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Most Helpful Customer Reviews
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There was not one brain cell stimulating page to be found in the entire book.
Katherine Hall Page's "cozy" mysteries have been getting successively darker and more depressing starting with "The Body in the Bookcase" where Ms Page's introduction explained how she was victimized by a recent home invasion. Faith Fairchild is no longer fun to read and might benefit from Prozac. (Aleford might not approve, but some of Faith's fans would like to see her get rid of the depression she has been in for the 3 most recent books.) Please bring the old Faith back to life.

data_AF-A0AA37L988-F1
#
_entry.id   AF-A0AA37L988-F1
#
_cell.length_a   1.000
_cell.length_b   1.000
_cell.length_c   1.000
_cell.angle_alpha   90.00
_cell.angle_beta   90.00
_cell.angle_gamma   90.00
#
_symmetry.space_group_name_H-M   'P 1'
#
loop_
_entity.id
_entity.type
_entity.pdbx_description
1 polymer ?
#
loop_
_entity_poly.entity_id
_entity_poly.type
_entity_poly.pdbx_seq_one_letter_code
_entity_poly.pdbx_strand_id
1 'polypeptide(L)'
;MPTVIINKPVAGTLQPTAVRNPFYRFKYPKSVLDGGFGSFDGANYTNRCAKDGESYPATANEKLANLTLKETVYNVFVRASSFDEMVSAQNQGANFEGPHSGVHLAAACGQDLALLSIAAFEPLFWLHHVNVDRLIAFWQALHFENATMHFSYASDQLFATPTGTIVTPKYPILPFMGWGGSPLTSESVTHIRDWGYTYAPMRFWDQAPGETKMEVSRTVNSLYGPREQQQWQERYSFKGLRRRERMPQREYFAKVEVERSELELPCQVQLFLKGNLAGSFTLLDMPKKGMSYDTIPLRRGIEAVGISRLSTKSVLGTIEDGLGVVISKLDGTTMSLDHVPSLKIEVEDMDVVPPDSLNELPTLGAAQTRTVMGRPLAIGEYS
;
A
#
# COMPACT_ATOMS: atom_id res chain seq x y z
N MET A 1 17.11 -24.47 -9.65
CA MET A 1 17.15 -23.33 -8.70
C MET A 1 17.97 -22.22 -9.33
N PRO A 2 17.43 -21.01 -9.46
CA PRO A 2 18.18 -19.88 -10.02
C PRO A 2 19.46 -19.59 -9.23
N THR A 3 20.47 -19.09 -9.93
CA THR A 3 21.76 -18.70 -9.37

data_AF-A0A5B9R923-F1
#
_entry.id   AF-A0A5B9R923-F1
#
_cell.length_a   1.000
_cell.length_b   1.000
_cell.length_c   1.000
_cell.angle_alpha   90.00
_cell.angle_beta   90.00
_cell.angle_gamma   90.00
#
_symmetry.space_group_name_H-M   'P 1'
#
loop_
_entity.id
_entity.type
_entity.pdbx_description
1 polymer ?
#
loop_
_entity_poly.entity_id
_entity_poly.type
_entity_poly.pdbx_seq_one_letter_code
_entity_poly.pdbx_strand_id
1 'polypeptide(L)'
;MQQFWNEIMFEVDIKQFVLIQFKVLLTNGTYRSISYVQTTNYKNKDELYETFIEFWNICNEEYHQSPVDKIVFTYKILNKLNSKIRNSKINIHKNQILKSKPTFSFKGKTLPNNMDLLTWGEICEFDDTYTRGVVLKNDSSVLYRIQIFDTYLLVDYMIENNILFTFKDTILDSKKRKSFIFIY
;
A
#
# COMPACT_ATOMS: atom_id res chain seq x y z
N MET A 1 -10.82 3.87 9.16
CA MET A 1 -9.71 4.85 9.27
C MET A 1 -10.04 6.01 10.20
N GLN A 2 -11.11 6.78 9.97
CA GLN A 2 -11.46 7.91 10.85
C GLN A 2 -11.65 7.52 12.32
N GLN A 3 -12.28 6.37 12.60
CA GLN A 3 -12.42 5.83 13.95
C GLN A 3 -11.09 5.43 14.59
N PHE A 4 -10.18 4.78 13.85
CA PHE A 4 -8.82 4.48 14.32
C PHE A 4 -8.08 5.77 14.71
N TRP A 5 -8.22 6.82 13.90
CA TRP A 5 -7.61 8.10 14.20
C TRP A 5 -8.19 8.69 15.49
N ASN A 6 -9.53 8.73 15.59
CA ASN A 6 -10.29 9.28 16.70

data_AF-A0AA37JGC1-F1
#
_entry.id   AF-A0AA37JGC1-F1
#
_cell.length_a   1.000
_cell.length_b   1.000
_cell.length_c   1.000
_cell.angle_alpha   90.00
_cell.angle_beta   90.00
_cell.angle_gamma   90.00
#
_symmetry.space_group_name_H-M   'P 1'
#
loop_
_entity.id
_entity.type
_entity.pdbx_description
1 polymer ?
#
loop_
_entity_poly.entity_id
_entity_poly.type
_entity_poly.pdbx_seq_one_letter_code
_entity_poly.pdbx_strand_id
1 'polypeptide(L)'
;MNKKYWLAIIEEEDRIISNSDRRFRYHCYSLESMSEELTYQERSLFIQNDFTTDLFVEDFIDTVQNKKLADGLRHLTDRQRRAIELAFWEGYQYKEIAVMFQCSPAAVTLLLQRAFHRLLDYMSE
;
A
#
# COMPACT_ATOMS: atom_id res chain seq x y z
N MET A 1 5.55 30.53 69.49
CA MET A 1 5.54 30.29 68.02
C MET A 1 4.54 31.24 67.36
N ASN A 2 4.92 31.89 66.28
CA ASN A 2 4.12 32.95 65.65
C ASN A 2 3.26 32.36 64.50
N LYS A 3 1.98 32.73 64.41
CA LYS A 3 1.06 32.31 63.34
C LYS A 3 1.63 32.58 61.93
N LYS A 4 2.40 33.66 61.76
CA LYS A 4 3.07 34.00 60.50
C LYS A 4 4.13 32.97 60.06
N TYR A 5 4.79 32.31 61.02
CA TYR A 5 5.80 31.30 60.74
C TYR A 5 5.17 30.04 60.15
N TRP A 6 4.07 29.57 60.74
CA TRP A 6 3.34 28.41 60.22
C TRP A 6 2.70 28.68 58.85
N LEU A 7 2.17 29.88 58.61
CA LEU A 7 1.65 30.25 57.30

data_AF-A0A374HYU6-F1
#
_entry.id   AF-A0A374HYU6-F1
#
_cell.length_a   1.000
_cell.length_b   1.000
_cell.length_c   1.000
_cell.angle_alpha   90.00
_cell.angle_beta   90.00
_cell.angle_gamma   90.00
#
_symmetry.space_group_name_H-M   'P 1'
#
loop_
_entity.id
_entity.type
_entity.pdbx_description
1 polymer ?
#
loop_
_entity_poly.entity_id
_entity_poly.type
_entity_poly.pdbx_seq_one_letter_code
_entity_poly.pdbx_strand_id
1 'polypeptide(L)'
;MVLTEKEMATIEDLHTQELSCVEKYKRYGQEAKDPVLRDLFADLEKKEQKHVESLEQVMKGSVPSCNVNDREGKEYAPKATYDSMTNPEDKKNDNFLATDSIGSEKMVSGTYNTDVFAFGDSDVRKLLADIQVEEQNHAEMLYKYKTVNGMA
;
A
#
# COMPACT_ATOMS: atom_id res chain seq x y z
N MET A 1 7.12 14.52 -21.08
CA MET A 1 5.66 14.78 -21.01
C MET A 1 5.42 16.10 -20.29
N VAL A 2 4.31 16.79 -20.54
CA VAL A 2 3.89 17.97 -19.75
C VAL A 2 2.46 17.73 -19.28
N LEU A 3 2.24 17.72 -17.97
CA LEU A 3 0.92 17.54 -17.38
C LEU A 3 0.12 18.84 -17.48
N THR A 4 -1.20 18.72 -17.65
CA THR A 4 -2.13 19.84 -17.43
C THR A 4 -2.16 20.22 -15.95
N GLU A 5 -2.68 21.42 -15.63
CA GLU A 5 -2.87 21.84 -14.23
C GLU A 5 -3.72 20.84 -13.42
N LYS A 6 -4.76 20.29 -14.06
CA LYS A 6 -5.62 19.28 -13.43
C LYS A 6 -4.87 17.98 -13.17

In Aleford, Massachusetts, an already fully occupied Faith Fairchild and her catering business are drafted to provide the food for an upcoming church fund-raiser. As the wife of the minister, Faith agrees to help. However, the daily alterations to the murder mystery theme by the party planner Paula Pringle frustrates the caterer. At the event everything seems to be going well except Faith feels jealous watching her husband Tom dance cheek to cheek with Gwen Lord. Still, the event is working until dessert is served and Gwen keels over dead. Someone taking advantage of the ammeretto topping poisoned Gwen. The police rule out the possibility that Faith or her Have Faith employees committed the act, but cannot find a motive. After reading about the homicide in the Globe, Faith knows her business and her professional reputation is at stake. She also realizes that rumors prevail linking Tom with Gwen. Faith begins her own brand of investigation, not yet realizing that her actions place her in danger from a maniac who will kill again. THE BODY IN THE MOONLIGHT is an enjoyable amateur sleuth tale, starring a delightful heroine in her eleventh novel. The story line is fun in a Christie like style that will please both fans of award winning Katherine Hall Page and the great icon. The deeper insight into the relationship between the heroine and her spouse provides a bonus for the long time audience and introduce newcomers to the heroine. Although the motives of the killer require a leap of faith, the well-written cozy still thoroughly entertains the reader. Harriet Klausner